The Queensland Government is delivering more than $2 billion in large-scale storage, renewable energy projects and generation and transmission investment through the 2022-23 State Budget.
Minister for Energy, Renewables and Hydrogen Mick de Brenni said the investment will power more jobs in more industries across the state.
“This budget ensures Queensland will maintain its standing as a national energy leader for many years to come,” Mr de Brenni said.
“It will also ensure Queenslanders maintain a stake in their energy future through their publicly owned energy corporations, with the retention of dividends supporting continued renewable energy, storage and strategic network investments for the benefit of all Queenslanders.
“We are continuing to invest in those corporations to ensure reliable, clean and affordable power for Queenslanders at a time it has never been more important to do so.”
Treasurer and Minister for Trade and Investment Cameron Dick said the new energy investment will complement the state’s existing $2 billion Queensland Renewable Energy and Hydrogen Jobs Fund.
“This fund is enabling our government owned generators to remain competitive by expanding their fleets to include cutting-edge renewables,” Mr Dick said.
“Renewables create jobs, lower power prices and help our state reduce emissions.”
The government will invest $1.41 billion to improve electricity supply through Energy Queensland, which services some 2.3 million Queenslanders across the Energex and Ergon Energy and Yurika networks.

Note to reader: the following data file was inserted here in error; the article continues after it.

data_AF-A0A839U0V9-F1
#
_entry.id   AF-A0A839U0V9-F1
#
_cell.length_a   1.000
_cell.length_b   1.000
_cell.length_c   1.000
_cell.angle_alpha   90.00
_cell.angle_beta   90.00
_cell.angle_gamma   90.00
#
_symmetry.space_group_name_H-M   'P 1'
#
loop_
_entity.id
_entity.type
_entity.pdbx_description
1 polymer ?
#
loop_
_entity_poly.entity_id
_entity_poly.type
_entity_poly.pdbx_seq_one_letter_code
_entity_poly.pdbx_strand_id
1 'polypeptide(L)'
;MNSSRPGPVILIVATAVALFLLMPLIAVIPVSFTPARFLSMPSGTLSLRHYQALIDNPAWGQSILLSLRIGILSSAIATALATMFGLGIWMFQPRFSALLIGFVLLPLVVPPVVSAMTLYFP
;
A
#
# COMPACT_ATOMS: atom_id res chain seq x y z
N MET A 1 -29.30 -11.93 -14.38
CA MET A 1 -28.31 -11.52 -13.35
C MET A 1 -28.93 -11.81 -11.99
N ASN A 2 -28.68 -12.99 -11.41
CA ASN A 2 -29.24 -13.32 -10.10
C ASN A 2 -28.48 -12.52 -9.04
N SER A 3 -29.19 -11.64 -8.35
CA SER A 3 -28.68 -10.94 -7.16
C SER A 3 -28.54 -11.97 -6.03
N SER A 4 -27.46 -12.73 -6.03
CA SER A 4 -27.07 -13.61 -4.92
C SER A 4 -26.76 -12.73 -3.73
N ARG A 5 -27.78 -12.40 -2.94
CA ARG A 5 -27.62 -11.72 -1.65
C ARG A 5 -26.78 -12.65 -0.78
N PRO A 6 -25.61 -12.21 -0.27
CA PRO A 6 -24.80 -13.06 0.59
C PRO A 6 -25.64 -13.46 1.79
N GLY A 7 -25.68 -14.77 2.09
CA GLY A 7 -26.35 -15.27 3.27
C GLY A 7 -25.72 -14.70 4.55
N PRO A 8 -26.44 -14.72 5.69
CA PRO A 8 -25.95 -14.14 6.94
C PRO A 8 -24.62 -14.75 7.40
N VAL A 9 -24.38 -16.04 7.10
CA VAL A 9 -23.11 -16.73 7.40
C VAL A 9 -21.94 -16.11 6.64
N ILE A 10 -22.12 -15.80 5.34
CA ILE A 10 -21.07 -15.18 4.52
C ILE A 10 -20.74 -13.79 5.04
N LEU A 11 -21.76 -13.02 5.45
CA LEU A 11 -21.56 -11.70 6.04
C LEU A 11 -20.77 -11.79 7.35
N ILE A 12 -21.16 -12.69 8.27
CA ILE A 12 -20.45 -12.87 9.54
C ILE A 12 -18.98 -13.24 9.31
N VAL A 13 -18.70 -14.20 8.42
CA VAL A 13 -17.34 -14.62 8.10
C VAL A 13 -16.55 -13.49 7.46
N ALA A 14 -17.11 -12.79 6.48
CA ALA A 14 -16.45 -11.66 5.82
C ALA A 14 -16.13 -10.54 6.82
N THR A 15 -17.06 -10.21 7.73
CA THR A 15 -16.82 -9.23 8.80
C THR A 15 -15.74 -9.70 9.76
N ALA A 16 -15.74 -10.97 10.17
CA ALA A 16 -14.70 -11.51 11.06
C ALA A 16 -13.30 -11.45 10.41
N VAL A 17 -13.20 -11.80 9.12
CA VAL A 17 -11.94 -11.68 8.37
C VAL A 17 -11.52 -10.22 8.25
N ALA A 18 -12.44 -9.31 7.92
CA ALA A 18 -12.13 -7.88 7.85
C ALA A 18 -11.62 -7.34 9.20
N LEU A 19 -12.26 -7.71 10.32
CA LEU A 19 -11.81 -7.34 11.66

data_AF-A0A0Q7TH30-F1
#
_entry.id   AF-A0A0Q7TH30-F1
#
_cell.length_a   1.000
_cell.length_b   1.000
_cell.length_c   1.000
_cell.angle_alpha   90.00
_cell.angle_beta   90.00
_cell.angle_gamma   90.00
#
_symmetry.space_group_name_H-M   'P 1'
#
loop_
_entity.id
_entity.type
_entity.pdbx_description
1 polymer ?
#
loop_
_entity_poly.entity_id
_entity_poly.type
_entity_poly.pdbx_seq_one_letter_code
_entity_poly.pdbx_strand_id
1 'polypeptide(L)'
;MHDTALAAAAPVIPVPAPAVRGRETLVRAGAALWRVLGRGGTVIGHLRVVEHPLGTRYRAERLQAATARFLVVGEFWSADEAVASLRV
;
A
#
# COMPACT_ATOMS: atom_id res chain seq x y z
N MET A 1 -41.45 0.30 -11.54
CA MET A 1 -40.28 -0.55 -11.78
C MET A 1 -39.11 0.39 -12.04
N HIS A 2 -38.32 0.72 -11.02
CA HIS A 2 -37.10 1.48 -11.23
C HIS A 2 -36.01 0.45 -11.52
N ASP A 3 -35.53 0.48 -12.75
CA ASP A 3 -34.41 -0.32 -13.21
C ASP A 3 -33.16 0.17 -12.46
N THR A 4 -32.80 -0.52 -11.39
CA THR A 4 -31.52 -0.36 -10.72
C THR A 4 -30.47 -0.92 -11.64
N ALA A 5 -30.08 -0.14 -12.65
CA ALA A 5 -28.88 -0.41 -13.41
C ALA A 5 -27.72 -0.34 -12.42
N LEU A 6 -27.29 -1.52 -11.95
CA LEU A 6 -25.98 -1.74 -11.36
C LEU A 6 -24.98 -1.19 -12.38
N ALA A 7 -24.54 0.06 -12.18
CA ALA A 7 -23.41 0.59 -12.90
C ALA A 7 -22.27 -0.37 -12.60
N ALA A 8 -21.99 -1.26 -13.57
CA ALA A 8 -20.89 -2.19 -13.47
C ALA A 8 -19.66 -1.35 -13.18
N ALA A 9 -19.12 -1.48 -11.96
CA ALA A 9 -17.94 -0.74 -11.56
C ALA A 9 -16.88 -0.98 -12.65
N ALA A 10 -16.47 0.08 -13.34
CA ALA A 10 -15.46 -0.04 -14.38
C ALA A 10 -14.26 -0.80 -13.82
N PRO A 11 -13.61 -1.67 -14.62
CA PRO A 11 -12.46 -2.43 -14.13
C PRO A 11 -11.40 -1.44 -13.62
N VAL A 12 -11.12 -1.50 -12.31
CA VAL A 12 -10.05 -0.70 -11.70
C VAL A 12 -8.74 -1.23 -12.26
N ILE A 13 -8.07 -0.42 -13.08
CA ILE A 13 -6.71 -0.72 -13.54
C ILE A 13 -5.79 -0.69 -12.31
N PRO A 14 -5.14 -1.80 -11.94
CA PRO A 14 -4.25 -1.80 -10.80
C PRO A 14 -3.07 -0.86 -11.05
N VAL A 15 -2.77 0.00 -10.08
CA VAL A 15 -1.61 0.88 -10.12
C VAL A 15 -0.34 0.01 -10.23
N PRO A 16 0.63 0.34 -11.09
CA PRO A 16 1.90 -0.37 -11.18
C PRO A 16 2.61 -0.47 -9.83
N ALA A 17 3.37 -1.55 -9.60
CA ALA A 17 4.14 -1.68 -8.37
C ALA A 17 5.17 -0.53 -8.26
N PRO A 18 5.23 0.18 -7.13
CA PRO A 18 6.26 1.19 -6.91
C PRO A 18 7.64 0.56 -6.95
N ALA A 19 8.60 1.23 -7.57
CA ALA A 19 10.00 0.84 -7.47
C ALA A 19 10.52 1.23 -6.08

Mr de Brenni said system reliability will be reinforced thanks to a $239.7 million investment in Powerlink.
“This will see upgrades or replacement of ageing high-voltage assets, as well as continue transmission works to connect the 250-megawatt Kidston Pumped Hydro Project to the National Electricity Grid,” he said.
“That’s backed by the government’s $40 million investment to upgrade transmission lines between Townsville and Cairns as part of the Northern Queensland Renewable Energy Zone initiative.
“Stanwell will benefit from a $300.1 million investment to ensure the reliability and efficiency of its generation plant, while supporting renewable generation, energy storage and renewable hydrogen.
“This includes $85.1 million towards its $207 million Southern Queensland Renewable Energy Zone battery project, $68.2 million for Wambo Wind Farm, $66.7 million to upgrade Tarong Power Station, and $50.4 million to upgrade Stanwell Power Station.”
A further $15 million from the Queensland Renewable Energy and Hydrogen Jobs Fund will progress the Central Queensland Hydrogen Project.
CS Energy’s $133.4 million capital expenditure includes $45 million to refurbish and rebuild infrastructure at Callide Power Station, $37.4 million towards its $150 million investment in battery storage at Chinchilla, and $30.3 million to upgrade Kogan Creek Power Station.
Stanwell and CS Energy are investing in large-scale batteries at Tarong and Chinchilla, respectively, adding a combined 250 megawatts of new storage capacity to Queensland’s electricity grid, supporting the continued uptake of renewables.
Mr de Brenni said the government is also investing $47.3 million to build CleanCo’s renewable and firming portfolio.
“That includes $16.9 million to develop the Karara Wind Farm, $13.6 million to develop Kogan North Gas Fields, $7.7 million to overhaul and maintain existing assets at Wivenhoe Power Station and $4.4 million for maintenance and upgrades at Swanbank E Power Station,” he said.
“That’s on top of our $13 million investment to fast-track the business case for pumped hydro storage at Borumba Dam, and a $35 million commitment to identify sites for an additional pumped hydro storage site in Queensland.
“We know the best way to drive power prices down is to put more renewables and storage into the system, and that’s exactly what this budget delivers.”
An additional $10 million will be invested over two years as part of the Queensland Microgrid Pilot Fund to boost resilience of regional and remote communities through initiatives that enable decarbonisation and energy independence.